This is not intended to be a rip on Greg Reynolds or even Colorado’s front office, though the local fan base may like to see it.  Nor is it simply an opportunity to vent frustration against our local diamond dwellers. It is, however, a great illustration of something that can happen elsewhere in life.  Reynolds was selected so high in the draft because of potential, a record of achievement he had compiled to that point, and certain tools and traits that seemed to scouts and organizational brass like a “can’t miss” opportunity.

How often are we reminded that superior intellect, physical strength, charisma and charm, and abundant material resources alone are insufficient?  Whole nations like Edom, Canaan, Egypt, and even Israel learned this in the Old Testament.  Individuals with such potential, whether Samson or Saul or the Rich Young Ruler, prove that performance is the ultimate measurement over potential.  “Almost” is an unsatisfactory and incomplete idea, as is nearly, close, and “could have been.”  The graveyard is littered with stories of those who did not parlay potential into performance.  History’s pages portray so many figures who flirted with greatness without getting there.

The stakes are different for us.  It’s not millions of dollars, All-Star status, or the Hall of Fame (or even being able to stick on a Major League roster).  Intentions are insufficient.  Action is all-important.  When we are thinking about God’s commands and considering that eternity is at stake, we must have more than tools and talents.  We must, simply, do (Mat. 7:21; Luke 6:46).


No, THAT is not Reynolds. Guess who it IS?


Neal Pollard

 You may be thinking that the title is presumptuous, opinionated, and even out of line.  Let me disclaim what follows by asserting that God does not hate all shorts.  He does, however, hate the following types of shorts.

But not these. :)

GOD HATES SHORTCUTS.  At least, He hates humanly devised shortcuts for which He has given no authorization.  Man has devised shortcuts to salvation that cut out divine commands.  He has made shortcuts in ethics and morality to justify and rationalize behavior God condemns.  We should examine such “shortcuts” carefully to make sure they are not detours off of the narrow way.

GOD HATES SHORTCHANGES.  In Malachi 3:8-10, God condemns His people for “robbing Him” in their giving.  They did not give with appropriate gratitude and generosity.  Those who fail to put Him first (cf. Matt. 6:33) are shortchanging God of the time, talents, resources, and service He deserves.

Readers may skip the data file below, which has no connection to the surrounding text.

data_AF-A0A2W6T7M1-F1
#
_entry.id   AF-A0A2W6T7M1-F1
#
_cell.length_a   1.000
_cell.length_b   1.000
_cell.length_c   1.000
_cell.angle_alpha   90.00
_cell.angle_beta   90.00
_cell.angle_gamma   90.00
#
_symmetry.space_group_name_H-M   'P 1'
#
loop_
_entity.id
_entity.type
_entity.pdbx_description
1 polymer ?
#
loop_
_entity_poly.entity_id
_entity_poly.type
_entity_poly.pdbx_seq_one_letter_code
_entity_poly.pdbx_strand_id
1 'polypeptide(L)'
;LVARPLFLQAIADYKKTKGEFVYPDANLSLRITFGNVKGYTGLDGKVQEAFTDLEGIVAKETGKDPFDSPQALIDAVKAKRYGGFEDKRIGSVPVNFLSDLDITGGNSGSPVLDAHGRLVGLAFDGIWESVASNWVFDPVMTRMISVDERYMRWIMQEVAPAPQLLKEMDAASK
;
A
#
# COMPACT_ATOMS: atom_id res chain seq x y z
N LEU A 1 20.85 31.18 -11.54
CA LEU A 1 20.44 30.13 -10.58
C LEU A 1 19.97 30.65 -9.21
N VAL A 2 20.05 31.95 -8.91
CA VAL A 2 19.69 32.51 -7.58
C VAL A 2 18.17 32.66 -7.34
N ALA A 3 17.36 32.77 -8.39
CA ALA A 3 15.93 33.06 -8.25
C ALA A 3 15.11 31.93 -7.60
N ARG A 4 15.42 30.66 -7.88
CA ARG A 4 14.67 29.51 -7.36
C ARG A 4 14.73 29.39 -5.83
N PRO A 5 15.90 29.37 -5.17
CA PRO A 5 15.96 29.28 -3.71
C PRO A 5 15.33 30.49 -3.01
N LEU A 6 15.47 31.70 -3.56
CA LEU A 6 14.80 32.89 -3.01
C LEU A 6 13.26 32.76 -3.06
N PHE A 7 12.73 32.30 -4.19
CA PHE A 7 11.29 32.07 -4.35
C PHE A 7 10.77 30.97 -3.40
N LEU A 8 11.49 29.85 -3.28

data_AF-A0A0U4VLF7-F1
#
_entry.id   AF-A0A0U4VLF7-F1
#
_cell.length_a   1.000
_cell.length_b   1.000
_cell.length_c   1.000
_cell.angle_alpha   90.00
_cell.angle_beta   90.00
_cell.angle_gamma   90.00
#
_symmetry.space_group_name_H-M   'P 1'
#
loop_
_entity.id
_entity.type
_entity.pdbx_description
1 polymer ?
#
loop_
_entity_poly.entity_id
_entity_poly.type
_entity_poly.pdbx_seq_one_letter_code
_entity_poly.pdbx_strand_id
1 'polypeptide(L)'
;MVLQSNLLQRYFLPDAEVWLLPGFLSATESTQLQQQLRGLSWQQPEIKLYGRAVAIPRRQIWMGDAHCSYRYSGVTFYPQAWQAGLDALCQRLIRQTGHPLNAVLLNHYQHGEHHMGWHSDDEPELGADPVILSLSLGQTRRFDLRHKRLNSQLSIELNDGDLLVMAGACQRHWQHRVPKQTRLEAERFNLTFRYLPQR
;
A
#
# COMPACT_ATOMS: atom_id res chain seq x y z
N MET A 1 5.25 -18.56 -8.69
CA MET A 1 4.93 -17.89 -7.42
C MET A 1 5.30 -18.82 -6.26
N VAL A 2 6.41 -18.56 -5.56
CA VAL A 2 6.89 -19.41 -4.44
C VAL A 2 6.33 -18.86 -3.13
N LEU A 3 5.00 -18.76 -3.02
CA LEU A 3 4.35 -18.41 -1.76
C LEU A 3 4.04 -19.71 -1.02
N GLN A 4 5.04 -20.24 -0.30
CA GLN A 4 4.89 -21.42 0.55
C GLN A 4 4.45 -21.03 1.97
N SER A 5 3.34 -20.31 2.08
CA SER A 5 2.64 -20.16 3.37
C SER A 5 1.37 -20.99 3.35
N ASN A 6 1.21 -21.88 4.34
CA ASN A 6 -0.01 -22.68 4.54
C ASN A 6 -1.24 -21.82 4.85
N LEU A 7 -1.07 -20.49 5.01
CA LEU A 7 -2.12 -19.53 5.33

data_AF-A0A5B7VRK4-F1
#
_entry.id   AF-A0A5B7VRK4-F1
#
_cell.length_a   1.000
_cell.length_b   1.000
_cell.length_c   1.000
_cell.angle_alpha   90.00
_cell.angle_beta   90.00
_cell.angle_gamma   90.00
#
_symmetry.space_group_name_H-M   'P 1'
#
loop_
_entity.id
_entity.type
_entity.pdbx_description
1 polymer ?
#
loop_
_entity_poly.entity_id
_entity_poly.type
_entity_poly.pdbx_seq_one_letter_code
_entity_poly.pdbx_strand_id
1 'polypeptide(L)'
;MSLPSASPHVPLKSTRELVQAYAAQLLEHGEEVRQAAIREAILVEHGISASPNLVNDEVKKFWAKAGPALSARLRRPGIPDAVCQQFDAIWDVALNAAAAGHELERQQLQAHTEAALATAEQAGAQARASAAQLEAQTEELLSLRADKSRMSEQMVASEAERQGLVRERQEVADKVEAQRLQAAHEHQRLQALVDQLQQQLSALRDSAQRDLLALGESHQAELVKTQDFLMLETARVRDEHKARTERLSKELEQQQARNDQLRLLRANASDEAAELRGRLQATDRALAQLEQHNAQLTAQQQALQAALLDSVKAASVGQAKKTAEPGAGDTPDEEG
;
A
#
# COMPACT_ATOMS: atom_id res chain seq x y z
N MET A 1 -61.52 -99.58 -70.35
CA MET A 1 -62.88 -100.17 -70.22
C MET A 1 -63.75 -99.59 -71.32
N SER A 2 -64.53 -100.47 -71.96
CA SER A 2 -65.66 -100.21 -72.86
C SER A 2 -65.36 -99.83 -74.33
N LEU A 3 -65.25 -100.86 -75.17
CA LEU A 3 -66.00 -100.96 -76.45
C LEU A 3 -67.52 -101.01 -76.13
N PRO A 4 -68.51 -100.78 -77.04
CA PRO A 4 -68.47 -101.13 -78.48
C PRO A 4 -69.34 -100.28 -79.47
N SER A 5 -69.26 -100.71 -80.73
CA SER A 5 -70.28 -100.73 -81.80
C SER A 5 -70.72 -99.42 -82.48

GOD HATES SHORTSIGHTEDNESS.  When we make decisions based on instant gratification or immediate benefits without giving thought to longterm implications, we often make a mess of our lives.  This is true of church plans, the person we choose to marry, unbiblical changes to the church and teaching to attract the unchurched, and the like.  Certainly, one can be too deliberate and methodical to the point of lethargy and apathy.  Yet, neither is it proper to leap before adequately looking.

GOD HATES SHORTCOMINGS.  God’s hatred for sin is so great that He sent Christ to the cross as payment for it.  Sin is falling short of God’s mark.  The sobering thing is that all of us come short of God’s glory as the result of our sin (Rom. 3:23).  The great news is that while God hates shortcomings, He deeply loves shortcomers.  That’s also why He sent Jesus to die for us.

God hates these shorts, but He has provided an alternative regarding all of them.  By full and trusting obedience, we avoid shortcuts.  By recognizing our debt and feeling heartfelt gratitude to God for paying it, we avoid shortchanging Him.  By growing in wisdom and Christlikeness, we avoid shortsightedness.  By walking in the light as children of God, we avoid the eternal ramifications of our shortcomings.  That’s because God loves us!

Heaven Really IS For Real

Neal Pollard
While so many in religion and even the media latch onto sensational tales of traveling to the “other side” and coming back with stories about heaven (they do not ordinarily wind up going the other direction), these individuals often claim (necessarily without proof) to have seen or heard things from God, Christ, and other heavenly inhabitants. Sadly, much of what they claim to have experienced is at odds with or even contradicts what God communicated to us through His Word. Despite the high-drama and mystical tales, these undoubtedly sincere folks are right about something incredibly important. Heaven IS for real!